Accountants miss a huge opportunity if they fail to help female small business owners with advice because most lack the financial confidence to expand, says Shaye Thyer of Intuit QuickBooks.
ABS figures showed two-thirds of business start-ups over the past 10 years were by women but a lack of financial literacy was holding them back, Intuit’s head of accounting said.
She said figures from a recent survey were alarming, with 90 per cent of female small business owners saying inadequate financial literacy affected their ability to scale.
“Financial literacy was the biggest barrier to them in being a small business owner – a bigger barrier than cashflow, a bigger barrier than inflation, a bigger barrier than a bunch of things that we would possibly expect,” said Ms Thyer on the latest Accountants Daily podcast
She said financial literacy took in how to read a profit and loss statement or balance sheet, but also how to manage cash flow.
“We’ve got gaps there – either gaps in literacy or gaps in confidence, which is almost as bad.”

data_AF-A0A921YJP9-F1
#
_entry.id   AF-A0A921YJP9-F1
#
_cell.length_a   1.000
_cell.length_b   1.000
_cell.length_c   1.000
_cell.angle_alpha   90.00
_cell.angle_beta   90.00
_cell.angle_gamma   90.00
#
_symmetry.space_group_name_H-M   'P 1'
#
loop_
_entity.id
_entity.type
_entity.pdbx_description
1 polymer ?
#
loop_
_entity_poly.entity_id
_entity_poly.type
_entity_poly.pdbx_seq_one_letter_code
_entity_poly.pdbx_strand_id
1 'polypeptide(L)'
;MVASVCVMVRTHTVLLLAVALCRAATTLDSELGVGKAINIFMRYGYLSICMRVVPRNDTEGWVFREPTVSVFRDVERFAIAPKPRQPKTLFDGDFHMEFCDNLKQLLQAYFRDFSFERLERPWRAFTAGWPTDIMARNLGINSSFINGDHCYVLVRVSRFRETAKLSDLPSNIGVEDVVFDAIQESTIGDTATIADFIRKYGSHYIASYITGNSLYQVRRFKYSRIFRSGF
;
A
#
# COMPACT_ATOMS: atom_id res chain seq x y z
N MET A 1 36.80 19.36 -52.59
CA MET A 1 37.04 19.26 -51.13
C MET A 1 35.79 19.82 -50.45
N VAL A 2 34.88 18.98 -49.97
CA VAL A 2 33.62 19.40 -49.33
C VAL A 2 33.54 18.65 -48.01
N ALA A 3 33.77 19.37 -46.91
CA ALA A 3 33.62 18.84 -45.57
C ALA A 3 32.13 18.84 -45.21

She said that might be partly why 98 per cent of women who started their own business used their own money, because they lacked the know-how to make a funding application.
“Perhaps I don’t know how to go and have that conversation with the man to manage the growth of my business, so I self-fund,” she said.
That was reflected in another finding that 44 per cent of female-run businesses relied on their parents or family for financial advice.
“Now, that is fine and lovely – we all help each other out,” she said. “But when I read that, I thought, ‘Oh my goodness, where are their accountants and bookkeepers?’”
She said a large proportion of female small business owners were not getting the help they needed.
“So it screams opportunity to me, from our adviser community, accountants and bookkeepers, leaning in to support female-owned and led small businesses.”
Without it, women were falling into a poverty trap.
“The impact of this personally on women is quite terrifying. We already know that retirement-age women are the biggest growing cohort of homeless people because they get to retirement and they haven’t got enough super or they haven’t collected the assets over the course of their life.”
“They’ve taken time out to care for children, have children … they have may have stepped away from the workforce, they may have had relationship breakdowns.”
“But that’s quite catastrophic.
“So think about a female running their own business, they’re funding it with their own money, they wouldn’t be barely paying themselves a wage, they wouldn’t be putting money into super – all of those things that we would hope they’re being coached to do if they have a coach or adviser.”
This article originally featured in Accountants Daily